I was so lazy this week. Looking to add a little more roughage to my diet, I piled a whole head of barely chopped kale into a pie dish, submerged it with custard, and threw it in the oven.
I suspected it would be good. I make crustless quiche nearly once a week, always with uncooked greens, always with fresh thyme, always with crème fraîche, always following the Tartine recipe. But I worried a bit about the quantity of greens this time. It was a little absurd.
The result, however, couldn’t have made me happier. My crustless quiche had in fact become crusty, thanks to the upper most layer of leaves poking though the custard surface, which, having cooked for 40 minutes unprotected by the custard, had essentially crisped into a layer of kale chips. Yum.
That said, I felt fortunate to have been cooking for one that evening. The quiche was impossible to cut — the knife snagged greens from right and left at every stroke — and it looked like total slop on the plate. Perfect for me — I love slop — not so perfect for company, not so perfect for sharing with all of you.
Aesthetics asides, I love the flavor of loads of raw greens in quiche. And so I made another one, this time with just a few fewer greens, which I chopped just ever so coarsely. The result? A delectable balance of roughage and custard, suitable even for company.
Without a crust in the equation (a traditional crust that is), this sort of quiche is effortless to whip up for a weeknight dinner. It still takes time, however — 40 minutes in the oven and an essential 20 minutes of resting, which allows its light and creamy texture to set. But if you’re looking to make the whole shebang, here’s Tartine’s quiche recipe in its entirety.
- 5 large eggs
- 3 T. all-purpose flour
- 1 cup crème fraîche (see recipe below)
- 1 cup whole milk
- 1 tsp. kosher salt
- ½ tsp. freshly ground black pepper
- 1 T. fresh thyme*, finely chopped
- 1 to 3 cups** uncooked coarsely chopped kale or chard or mustard greens, etc
* Thyme is amazing (seriously, so good), but tarragon, chives, basil, really whatever herb you like will work.** Aesthetically, 1 cup is perhaps the ideal amount, but if you’re looking to add some more roughage to your diet, 2.5 to 3 cups will do the trick. Definitely give it at least a rough chop.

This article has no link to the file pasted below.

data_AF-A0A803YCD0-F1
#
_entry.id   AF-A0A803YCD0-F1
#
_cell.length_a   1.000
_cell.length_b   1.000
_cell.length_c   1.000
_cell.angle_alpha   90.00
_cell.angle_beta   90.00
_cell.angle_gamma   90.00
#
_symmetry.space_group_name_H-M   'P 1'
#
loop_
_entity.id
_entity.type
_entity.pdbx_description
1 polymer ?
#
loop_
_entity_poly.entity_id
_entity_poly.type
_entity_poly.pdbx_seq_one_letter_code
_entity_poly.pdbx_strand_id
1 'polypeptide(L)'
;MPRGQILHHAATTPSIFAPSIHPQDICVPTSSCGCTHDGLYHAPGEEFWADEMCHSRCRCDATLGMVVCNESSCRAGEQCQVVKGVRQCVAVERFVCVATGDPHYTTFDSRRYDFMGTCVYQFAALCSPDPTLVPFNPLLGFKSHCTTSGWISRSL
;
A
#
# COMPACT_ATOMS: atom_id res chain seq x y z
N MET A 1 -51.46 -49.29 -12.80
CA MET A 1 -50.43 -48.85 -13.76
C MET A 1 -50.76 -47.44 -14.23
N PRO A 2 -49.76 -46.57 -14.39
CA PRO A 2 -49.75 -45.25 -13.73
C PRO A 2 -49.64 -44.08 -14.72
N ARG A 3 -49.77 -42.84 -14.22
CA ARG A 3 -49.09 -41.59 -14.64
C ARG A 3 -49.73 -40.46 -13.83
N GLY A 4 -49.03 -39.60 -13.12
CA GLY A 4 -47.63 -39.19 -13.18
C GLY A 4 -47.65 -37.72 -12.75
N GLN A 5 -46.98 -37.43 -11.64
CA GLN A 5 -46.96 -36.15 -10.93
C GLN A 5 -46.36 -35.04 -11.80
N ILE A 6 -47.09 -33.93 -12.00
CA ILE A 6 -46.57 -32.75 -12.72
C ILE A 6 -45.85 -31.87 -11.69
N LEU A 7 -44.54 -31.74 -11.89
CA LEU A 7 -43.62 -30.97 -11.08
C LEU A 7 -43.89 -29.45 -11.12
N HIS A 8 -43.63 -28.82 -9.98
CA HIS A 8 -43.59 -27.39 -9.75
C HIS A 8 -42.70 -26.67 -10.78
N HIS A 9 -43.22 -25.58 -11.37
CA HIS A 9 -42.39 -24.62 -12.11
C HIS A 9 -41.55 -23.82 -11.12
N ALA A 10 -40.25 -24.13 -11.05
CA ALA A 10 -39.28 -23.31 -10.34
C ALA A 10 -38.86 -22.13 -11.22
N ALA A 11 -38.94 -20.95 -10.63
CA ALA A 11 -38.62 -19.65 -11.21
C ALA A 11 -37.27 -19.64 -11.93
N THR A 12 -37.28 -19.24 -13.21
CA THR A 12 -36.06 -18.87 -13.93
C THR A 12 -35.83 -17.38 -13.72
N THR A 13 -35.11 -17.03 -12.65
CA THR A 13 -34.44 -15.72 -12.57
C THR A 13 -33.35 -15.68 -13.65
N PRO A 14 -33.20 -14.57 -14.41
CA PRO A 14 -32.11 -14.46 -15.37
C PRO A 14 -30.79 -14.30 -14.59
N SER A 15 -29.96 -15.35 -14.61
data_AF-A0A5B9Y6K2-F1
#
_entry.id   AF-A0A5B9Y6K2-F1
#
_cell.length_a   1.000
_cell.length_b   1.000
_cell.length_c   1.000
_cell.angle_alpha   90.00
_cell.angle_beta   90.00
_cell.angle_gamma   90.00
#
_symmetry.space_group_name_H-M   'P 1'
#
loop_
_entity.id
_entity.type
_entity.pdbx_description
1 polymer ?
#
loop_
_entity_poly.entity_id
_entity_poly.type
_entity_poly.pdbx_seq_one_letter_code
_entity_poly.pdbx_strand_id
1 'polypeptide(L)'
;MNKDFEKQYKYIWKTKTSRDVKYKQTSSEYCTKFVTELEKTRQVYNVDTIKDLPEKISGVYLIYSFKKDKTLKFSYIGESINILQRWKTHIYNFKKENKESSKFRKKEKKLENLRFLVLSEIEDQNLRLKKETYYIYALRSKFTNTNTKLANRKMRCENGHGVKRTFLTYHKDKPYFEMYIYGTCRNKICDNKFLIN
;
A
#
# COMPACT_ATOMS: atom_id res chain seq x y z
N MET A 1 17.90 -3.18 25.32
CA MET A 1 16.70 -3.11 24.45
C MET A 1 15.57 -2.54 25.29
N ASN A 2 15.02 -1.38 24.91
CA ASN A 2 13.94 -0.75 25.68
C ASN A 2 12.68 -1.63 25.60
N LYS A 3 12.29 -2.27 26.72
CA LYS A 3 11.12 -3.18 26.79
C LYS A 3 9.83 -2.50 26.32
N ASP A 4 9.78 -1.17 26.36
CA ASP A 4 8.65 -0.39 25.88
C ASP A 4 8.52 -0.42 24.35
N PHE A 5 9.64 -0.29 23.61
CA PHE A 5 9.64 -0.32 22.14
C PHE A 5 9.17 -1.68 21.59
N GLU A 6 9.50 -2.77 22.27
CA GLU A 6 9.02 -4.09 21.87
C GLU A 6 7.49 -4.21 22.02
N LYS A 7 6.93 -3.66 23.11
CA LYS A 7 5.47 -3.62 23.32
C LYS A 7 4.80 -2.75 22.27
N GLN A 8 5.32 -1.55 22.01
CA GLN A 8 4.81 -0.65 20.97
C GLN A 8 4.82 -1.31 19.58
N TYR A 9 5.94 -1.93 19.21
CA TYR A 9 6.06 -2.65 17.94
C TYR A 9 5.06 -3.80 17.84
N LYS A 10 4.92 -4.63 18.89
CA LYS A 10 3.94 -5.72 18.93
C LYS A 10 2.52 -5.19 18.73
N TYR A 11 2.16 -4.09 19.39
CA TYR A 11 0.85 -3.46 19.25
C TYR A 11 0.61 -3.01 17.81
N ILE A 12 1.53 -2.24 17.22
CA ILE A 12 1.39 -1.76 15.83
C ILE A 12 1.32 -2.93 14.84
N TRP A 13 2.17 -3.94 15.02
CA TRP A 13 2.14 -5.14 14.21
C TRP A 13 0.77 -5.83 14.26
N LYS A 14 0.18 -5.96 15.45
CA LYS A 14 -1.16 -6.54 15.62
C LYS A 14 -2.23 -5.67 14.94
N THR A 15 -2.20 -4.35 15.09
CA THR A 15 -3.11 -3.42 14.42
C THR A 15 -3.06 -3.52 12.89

** Aesthetically, 1 cup is perhaps the ideal amount, but if you’re looking to add some more roughage to your diet, 2.5 to 3 cups will do the trick. Definitely give it at least a rough chop.
- Preheat the oven to 375ºF.
- Place 1 egg and the flour in a large bowl and whisk until smooth. Whisk in the remaining 4 eggs until blended.
- In a medium bowl, whisk the crème fraîche until smooth. Whisk in the milk. Pour the egg mixture through a fine mesh sieve held over the milk mixture. Whisk in the salt, pepper and thyme (or other herb).
- Pile your greens into a pie plate. Pour the egg mixture over the greens, then press the greens down with a spatula so they are submerged in the custard. Place in the oven and bake for 10 minutes. Reduce the oven temperature to 325ºF and bake until the filling is just set, about 30 minutes longer. The center of the quiche should still feel slightly firm, rather than liquidy, when touched. Let cool on a wire rack for at least 20 minutes to allow the custard to set up, so that it will slice neatly. It can be served warm or at room temperature. To serve a fully cooled quiche warm, cover it with aluminum foil and reheat it in a 325ºF for about 15 minutes.
* To make crème fraîche, place 2 cups heavy cream in bowl. Add 2 tablespoons of yogurt or 2 tablespoons of buttermilk. Stir to combine. Cover bowl with plastic wrap and let sit at room temperature for 12 to 24 hours. Stir. Mixture will be nice and thick. Store in the fridge until ready to use.
This is how I chopped the greens second time around — the smaller pieces make for a slightly nicer eating experience.